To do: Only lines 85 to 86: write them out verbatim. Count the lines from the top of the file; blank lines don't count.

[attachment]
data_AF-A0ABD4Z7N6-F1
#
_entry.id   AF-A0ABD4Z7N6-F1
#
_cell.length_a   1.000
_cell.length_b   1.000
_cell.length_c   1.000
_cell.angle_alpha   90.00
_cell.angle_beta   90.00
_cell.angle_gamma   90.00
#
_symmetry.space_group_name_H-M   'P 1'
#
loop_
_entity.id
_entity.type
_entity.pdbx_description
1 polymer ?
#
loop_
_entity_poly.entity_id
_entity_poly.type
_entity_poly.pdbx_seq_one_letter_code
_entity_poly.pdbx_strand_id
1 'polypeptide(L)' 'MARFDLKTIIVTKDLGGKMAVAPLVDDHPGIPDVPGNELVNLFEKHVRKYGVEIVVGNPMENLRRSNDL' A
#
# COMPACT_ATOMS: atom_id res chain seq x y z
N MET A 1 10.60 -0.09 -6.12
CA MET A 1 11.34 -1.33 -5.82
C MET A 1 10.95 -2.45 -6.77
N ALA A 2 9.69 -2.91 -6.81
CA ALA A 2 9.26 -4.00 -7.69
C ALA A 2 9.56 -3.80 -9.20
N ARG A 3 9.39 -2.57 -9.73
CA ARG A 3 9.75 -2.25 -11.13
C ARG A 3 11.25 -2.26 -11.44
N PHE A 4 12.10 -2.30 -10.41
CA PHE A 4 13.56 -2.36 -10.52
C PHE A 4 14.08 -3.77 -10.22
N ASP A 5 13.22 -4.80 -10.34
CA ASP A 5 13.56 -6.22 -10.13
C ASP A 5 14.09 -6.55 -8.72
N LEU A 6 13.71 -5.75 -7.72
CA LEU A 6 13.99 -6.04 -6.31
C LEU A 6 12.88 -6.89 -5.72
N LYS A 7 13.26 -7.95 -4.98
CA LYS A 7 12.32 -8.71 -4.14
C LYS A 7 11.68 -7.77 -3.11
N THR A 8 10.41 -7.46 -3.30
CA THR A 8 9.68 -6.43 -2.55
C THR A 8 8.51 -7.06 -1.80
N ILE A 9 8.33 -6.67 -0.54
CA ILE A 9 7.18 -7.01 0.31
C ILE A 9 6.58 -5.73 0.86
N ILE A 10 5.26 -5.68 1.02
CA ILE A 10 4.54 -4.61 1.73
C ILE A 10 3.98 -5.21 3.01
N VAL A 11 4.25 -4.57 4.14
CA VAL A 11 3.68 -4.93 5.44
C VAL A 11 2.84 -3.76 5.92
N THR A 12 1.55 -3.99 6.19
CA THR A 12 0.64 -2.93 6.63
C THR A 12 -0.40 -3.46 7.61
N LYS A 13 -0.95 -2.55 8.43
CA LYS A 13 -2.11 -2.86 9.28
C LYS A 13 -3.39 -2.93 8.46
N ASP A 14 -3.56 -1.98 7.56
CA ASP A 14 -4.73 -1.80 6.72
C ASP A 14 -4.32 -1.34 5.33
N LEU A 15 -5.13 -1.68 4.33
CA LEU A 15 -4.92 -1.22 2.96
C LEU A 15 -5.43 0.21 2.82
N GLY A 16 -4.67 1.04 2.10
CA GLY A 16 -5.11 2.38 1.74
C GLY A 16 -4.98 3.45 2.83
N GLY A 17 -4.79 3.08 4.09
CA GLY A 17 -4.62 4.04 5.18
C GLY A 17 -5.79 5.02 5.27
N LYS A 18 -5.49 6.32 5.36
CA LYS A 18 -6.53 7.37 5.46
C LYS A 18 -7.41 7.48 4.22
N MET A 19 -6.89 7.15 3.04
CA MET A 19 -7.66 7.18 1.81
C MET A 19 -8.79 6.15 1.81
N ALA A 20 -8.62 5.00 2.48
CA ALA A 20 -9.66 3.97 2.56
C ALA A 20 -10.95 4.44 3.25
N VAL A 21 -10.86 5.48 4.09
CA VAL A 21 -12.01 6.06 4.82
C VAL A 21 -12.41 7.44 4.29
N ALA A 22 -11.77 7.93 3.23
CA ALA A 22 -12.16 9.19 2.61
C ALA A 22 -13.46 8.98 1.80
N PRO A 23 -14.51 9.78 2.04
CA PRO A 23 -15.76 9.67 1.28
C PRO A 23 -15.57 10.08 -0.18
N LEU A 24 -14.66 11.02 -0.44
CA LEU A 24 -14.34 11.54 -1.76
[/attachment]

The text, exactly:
N ALA A 20 -8.62 5.00 2.48
CA ALA A 20 -9.66 3.97 2.56